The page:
Ten years ago, I started something of a tradition. Every few years, I’ve written a post reminding myself and everyone else about the little blessings we can be thankful for at this time of year. As in all areas of life, 2020 offered up a very different take from prior years.

So in no particular order, here are 20 things for which to give thanks.

  • If you have at least one other person with whom to gather this week, give thanks.
  • If you have a larger crew with whom you can anticipate gathering in coming years, give thanks.
  • If you have loved ones and neighbors to protect and care for, give thanks.
  • If you have gained a new awareness of someone else’s painful situation this year, give thanks.
  • If someone has shown you uncommon kindness this year, give thanks.
  • If isolation and disruption helped you notice people and experiences you previously took for granted, give thanks.
  • If, despite uncertainty about the future, you have food and shelter and loved ones with whom to Zoom, give thanks.
  • If you’ve been fortunate enough to expect an orderly transition of power even when there’s a contested election, give thanks.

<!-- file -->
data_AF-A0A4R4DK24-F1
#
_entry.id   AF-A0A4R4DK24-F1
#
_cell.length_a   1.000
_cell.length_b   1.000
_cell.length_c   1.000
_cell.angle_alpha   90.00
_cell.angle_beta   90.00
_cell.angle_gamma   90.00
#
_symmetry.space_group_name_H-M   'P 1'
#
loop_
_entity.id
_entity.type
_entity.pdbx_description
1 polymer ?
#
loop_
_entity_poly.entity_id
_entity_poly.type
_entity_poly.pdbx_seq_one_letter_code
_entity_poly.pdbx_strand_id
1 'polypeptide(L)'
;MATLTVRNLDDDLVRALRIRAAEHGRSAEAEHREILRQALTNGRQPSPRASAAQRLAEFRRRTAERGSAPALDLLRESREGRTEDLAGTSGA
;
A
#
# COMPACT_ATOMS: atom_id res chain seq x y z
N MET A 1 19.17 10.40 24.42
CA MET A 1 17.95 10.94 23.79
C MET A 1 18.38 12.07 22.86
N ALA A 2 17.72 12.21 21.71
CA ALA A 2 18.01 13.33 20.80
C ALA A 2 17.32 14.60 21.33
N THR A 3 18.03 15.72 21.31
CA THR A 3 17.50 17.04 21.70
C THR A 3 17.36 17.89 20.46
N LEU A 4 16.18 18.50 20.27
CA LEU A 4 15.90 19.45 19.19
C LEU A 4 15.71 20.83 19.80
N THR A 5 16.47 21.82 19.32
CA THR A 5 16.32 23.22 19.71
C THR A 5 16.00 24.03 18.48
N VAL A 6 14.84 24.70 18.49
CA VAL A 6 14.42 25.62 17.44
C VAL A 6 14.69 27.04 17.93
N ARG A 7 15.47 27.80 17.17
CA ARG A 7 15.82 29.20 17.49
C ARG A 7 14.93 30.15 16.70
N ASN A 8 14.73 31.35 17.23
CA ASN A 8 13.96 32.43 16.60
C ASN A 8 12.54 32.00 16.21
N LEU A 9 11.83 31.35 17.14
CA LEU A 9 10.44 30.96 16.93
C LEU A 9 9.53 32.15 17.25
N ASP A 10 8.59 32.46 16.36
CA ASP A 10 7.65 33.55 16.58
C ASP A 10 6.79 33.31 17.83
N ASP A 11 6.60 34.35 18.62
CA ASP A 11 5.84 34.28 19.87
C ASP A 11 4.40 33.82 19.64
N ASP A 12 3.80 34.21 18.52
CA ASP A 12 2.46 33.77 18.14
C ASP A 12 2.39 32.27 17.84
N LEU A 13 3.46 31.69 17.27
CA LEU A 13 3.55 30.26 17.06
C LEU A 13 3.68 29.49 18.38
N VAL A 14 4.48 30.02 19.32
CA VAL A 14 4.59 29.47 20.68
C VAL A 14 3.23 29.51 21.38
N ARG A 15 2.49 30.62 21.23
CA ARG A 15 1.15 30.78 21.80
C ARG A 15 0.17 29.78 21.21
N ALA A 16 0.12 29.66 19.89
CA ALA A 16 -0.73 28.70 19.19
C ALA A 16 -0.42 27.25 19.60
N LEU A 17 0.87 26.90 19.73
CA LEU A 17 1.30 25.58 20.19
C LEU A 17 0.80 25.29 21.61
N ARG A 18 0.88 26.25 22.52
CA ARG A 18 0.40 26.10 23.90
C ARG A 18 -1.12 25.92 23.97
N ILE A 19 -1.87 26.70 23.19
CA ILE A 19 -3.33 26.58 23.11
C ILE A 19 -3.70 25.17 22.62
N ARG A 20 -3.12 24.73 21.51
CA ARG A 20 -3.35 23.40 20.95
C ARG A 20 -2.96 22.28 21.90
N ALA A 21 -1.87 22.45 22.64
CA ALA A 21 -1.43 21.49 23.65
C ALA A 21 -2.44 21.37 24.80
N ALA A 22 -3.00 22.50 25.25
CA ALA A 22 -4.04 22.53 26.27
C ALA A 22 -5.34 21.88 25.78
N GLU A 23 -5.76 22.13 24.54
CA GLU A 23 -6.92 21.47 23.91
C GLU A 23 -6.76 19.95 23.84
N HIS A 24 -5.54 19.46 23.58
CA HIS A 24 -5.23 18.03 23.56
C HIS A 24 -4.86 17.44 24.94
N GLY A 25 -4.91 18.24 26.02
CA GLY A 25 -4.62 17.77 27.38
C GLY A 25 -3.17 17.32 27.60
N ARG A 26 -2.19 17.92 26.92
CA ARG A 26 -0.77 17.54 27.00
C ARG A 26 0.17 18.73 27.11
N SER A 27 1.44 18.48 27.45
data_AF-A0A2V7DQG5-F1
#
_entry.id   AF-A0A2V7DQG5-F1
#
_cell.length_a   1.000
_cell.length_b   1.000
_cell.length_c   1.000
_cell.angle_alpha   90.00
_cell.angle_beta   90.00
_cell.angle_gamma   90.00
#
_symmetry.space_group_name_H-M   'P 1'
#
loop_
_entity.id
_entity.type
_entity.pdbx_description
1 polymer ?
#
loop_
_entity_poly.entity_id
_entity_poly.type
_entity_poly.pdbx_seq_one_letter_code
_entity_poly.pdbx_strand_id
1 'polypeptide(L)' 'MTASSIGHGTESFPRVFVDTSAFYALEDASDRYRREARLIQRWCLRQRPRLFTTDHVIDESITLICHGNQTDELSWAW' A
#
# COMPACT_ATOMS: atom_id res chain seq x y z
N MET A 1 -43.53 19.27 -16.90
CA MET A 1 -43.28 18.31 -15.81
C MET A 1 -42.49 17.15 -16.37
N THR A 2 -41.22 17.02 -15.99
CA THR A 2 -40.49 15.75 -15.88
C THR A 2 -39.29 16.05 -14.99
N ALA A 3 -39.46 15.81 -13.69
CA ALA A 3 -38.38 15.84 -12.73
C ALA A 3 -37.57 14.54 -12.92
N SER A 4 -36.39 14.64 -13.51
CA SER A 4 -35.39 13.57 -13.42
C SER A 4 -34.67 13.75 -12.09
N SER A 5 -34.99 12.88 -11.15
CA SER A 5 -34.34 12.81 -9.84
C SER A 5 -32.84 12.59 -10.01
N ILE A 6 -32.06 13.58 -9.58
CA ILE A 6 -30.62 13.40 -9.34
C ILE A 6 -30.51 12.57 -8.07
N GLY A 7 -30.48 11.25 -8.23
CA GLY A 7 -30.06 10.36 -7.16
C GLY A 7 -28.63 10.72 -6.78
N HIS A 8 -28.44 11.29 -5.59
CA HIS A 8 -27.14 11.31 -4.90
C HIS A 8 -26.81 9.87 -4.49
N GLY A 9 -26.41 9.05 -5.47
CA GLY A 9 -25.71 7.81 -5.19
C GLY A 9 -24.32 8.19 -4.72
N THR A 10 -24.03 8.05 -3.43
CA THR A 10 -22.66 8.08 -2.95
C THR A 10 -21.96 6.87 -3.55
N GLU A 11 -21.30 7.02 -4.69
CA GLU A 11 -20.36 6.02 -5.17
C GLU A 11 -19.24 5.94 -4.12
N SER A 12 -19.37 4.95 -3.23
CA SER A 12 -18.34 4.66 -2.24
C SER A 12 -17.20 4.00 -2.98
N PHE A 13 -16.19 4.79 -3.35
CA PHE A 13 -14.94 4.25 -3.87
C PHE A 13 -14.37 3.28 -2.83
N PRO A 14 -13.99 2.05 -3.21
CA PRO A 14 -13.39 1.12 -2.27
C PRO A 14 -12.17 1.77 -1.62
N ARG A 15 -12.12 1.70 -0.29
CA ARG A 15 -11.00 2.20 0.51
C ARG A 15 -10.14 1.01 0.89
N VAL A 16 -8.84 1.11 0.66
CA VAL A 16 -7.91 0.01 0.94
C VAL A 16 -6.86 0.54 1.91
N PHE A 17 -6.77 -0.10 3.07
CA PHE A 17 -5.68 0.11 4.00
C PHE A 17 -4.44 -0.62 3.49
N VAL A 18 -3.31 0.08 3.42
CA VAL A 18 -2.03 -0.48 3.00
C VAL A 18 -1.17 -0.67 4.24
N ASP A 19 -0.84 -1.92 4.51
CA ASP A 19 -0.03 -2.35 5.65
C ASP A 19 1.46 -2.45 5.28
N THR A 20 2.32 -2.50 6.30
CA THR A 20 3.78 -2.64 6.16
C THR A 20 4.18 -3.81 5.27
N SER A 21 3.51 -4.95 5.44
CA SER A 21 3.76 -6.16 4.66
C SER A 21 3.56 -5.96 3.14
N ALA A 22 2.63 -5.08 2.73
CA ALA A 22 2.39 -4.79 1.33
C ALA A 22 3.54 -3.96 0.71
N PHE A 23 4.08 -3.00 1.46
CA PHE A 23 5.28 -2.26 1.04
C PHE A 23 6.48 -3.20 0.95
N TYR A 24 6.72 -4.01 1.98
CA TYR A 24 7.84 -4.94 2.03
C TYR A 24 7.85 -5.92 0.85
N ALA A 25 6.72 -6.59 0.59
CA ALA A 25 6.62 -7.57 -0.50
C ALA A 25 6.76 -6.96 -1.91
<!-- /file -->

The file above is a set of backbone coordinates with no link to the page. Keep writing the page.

• If you know one person who thinks very differently from you and still listens to you, give thanks.
  • If you’ve had the opportunity to work from home rather than losing your job, give thanks.
  • If your skills make you an essential worker on whom our society depends, give thanks.
  • If you have hope that the hard work of scientists and policy-makers may return our lives to something like normal in the next year, give thanks.
  • If the stresses of this year have drawn new strength and self-awareness from you, give thanks.
  • If you learned that other people matter to you more than you had known, give thanks.
  • If your stubborn independence was permanently shattered by 2020, give thanks.
  • If you have essentials like toilet paper – even enough to share with others, give thanks.
  • If you know one person who quietly and faithfully serves others at great personal cost, give thanks.
  • If you received unexpected provision in a time of need, give thanks.
  • If you see at least one way you can use some undeserved advantage for the benefit of others, give thanks.
  • If a boss or colleague cut you slack and showed you compassion this year, give thanks.

It would be easy to be dominated by sadness, anger, fear, or shame this Thanksgiving. We could let restrictions and inconveniences and losses embitter us and divide us. 

But we would be the ultimate losers if we allowed that. 

There are always things for which to give thanks. Even in 2020. Maybe especially in 2020.Be bright